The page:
Laying track outdoors, revisited

I'm posting this because nobody responded to the idea I threw out there about using Wonderboard for roadbed, set in a bed of mortar <sniff>.
Does anyone who actually has experience with laying large-scale rail have an opinion one way or the other on this? Is this a brilliant idea? or am I full of it? Inquiring minds want to know ...
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David Nebenzahl wrote:

I guess you must have blacklisted me!
Those of us who lay track outdoors probably all have different opinions on what is good/what is bad through having differing climatic and soil conditions. I posted my opinion that it seems like a workable idea provided you use the material the correct way.
Regards, Greg.P.
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If you're going with a rigid base, you want to make sure movement is as minimal as possible. With the flexible base, you can allow for movement of the track without much worry. Remember that some areas can see temperatures from -20 deg F to 120 deg F (usually not in a single year) and expansion and contraction will do what it will.
Aristocraft rail tends to pop away from the ties with flexing and expansion and contraction. You'll want to be able to pull up pieces and either replace (if bad enough) or remove the rail from the ties and reattach them.
I am far from an expert in this area, only having track down for a year and finally getting the base prepared properly this last week. It will be a long time before I really know all that's going to happen to track outdoors.
Puckdropper
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I guess you missed my opinion on the other outdoor track thread. I wouldn't trust a rigid base outdoors.
I'd heard of some prototype experiments with rigid track bases - kind of sectional track with a concrete base and integral ties. It moved around, heaved, cracked, came apart at the joints, etc. They tried it and gave up the idea.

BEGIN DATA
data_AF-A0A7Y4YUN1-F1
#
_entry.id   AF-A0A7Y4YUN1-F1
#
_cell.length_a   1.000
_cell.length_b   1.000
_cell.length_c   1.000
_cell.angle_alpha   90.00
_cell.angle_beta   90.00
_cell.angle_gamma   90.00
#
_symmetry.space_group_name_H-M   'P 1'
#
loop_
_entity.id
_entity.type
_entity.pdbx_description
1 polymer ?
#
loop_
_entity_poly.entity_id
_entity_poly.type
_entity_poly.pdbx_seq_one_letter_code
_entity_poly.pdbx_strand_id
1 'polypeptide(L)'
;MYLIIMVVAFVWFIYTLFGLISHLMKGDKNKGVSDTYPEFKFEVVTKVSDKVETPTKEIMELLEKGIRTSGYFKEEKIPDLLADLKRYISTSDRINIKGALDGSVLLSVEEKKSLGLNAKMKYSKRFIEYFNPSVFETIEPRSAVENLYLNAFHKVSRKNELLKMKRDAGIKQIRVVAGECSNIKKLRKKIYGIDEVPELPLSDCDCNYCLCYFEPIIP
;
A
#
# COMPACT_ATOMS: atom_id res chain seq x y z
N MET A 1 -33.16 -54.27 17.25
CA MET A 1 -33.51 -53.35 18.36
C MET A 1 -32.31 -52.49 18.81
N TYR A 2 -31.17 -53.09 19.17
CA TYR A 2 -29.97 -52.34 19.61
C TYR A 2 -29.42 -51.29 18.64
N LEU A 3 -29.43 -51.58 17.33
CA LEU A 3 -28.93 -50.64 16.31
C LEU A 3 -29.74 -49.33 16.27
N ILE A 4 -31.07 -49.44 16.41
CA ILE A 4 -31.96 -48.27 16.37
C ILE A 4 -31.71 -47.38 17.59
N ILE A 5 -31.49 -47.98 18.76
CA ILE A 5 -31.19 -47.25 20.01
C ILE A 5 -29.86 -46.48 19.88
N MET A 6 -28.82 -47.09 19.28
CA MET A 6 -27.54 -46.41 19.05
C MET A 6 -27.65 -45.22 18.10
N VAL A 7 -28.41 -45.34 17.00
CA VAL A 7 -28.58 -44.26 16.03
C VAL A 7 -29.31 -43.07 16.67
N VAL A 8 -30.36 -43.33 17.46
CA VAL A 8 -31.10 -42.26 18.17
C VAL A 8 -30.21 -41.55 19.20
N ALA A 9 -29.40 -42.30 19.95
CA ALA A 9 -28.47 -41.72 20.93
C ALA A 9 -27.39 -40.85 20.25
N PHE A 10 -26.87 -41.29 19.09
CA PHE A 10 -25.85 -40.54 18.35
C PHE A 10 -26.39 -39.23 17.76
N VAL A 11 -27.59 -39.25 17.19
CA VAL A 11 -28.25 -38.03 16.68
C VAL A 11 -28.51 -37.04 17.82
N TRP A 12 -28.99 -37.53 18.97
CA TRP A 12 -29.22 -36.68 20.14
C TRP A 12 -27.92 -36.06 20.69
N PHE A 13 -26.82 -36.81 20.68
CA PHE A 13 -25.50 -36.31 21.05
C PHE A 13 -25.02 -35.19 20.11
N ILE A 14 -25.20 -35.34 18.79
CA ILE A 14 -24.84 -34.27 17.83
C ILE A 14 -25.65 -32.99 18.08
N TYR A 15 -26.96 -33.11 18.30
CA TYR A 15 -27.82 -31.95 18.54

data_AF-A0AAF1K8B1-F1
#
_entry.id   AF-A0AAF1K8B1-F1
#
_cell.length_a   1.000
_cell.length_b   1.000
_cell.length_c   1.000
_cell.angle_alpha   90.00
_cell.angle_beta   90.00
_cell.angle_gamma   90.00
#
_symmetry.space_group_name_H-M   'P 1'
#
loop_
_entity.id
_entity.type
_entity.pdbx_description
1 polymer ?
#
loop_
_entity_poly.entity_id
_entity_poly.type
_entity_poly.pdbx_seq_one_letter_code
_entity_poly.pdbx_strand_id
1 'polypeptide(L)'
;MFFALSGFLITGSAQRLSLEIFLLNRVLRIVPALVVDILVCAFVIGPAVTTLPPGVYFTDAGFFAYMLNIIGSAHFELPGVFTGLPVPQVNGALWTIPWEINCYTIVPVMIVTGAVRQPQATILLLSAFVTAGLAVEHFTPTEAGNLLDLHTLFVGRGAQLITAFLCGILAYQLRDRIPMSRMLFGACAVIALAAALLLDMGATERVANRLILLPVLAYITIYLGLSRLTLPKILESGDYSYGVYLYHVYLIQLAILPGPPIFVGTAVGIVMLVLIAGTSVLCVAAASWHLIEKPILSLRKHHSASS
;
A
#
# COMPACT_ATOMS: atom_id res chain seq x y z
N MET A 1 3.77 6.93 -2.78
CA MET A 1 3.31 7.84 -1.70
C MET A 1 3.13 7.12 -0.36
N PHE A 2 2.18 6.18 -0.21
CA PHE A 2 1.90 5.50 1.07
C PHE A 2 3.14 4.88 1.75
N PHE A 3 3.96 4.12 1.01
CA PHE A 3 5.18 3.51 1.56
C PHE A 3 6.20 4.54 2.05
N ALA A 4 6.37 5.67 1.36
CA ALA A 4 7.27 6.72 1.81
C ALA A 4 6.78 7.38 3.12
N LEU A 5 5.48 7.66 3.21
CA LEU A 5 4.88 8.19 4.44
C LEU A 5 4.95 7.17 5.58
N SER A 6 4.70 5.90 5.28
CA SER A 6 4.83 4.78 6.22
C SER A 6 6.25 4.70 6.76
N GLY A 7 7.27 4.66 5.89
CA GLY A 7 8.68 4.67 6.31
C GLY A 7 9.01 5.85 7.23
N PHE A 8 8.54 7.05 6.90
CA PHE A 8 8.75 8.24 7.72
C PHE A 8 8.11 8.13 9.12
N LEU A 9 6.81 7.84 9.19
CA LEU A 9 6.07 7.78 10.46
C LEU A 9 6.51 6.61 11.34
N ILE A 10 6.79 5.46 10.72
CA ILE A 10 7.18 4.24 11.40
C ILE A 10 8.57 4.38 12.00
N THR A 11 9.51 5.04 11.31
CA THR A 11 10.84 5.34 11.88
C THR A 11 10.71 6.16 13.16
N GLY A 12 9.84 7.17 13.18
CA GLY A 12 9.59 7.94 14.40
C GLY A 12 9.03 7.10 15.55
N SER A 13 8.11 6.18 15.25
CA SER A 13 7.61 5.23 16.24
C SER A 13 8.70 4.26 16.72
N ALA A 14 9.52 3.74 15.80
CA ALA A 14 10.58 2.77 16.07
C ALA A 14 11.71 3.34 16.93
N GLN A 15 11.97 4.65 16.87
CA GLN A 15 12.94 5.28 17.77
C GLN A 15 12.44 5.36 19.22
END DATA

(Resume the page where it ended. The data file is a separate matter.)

How does the prototype make track in your area? Take a hint. It might work. Can you do the same thing in smaller scale?
I think no matter what you do outdoors, you're going to have to deal with track movement. If you try to eliminate this movement with a rigid base, I don't think you can do it. I think you're better off adjusting for these movements than you are trying to eliminate them.
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snipped-for-privacy@mtholyoke.edu spake thus:

Not to dispute what you've said, which I think is sound, except to say that here (Bay Area, California), we don't have to contend with freezing conditions, so the only ground movement we have to worry about is the occasional 3.5+.

I still say this can be much more succinctly stated:
"Quick, good, cheap: pick any two."
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[ snip ]

OK, I do have to deal with freeze/thaw. Does a 3.5+ break up houses, or does it take more for that? I guess if a big crack opens through your layout, it's going to cause damage no matter how it's built.
Isn't it about 60 degrees all day, every day, year around in the Bay Area? If so, thermal expansion shouldn't be much of a problem either. I use 6' sections of aluminum rail, and leave about 1/16" between rail ends. When I check the track and get it back in the spring sometimes the gaps are closed up, and the next gap is much wider, so rail does shift on the ties. I grab a rail with vise grips and tap the grips to slide the rail to even out the joint gaps.
I haven't gotten the leaves and sticks off the track yet this year.

Verbosity is good.